Degree Type

Thesis

Date of Award

2009

Degree Name

Master of Science

Department

Natural Resource Ecology and Management

Major

Environmental Science

First Advisor

Janette R. Thompson

Second Advisor

Timothy W. Stewart

Abstract

In spite of increasingly stringent water policy and years of stream ecology research, urban and agricultural land uses continue to degrade stream ecosystems across the United States. This is due in part to incomplete scientific understanding of land use impacts on streams. I quantified relationships among land use, in-stream environmental metrics, and invertebrate metrics in streams of central Iowa to provide insight into differential impacts of agriculture and urbanization on stream condition, and to identify potential mechanisms of land use effects on stream condition. Results suggest that even moderate levels of urban land use can have greater adverse effects on headwater stream ecosystems than intensive agriculture. However, even in highly degraded streams, invertebrate assemblages and related ecosystem functions likely benefit from practices that maintain or increase abundance of coarse substrate, particulate organic matter, and plants.

In urban areas, continuing degradation of stream ecosystems also results from difficulty in fully integrating human and non-human factors into research of stream ecosystems, and from inadequate knowledge of effectiveness of stream restoration practices. We addressed these challenges in a project that integrated public participation, urban stream restoration, and ecological research. We facilitated mutual learning through public participation in the design and implementation of an urban riparian buffer, a process that was informed by ecological research. Evaluations of learning revealed that participants' knowledge about urban water quality issues and stormwater management practices increased, and their perceptions about the importance of stream ecosystem functions changed. Infiltration tests and in-stream monitoring provided early evidence of buffer effectiveness in absorption of runoff and pollutants from surrounding surfaces. Elements essential to the success of this project included an opportunity for dialog focused on a specific natural feature, sustained interaction between participants and researchers, opportunities for hands-on participation, and flexibility in restoration practice installation. Integrated research and restoration projects like this one can overcome many of the obstacles that hinder efforts to reduce human impacts on streams.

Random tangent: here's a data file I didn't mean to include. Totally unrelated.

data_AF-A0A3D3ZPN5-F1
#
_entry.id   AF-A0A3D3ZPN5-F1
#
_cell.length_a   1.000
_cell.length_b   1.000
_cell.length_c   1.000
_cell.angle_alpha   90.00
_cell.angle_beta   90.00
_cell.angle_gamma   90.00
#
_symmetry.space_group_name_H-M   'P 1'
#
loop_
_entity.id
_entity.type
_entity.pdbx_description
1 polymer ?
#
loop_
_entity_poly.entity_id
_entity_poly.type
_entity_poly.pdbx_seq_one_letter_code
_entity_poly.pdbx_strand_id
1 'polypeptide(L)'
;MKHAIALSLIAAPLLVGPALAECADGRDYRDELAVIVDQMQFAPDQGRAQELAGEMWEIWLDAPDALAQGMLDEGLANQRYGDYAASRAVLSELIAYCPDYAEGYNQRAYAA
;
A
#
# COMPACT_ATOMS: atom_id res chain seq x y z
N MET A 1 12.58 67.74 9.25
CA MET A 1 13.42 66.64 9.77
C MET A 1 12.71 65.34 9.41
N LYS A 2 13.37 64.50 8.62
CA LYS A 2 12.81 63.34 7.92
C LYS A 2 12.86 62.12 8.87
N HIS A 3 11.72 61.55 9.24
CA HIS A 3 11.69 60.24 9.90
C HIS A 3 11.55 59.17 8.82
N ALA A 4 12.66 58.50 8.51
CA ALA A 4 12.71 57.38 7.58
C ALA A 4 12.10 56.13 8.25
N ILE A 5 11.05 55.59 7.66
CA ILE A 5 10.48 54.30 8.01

Copyright Owner

Cassie J. Herringshaw

Language

en

Date Available

2012-04-30

File Format

application/pdf

File Size

137 pages

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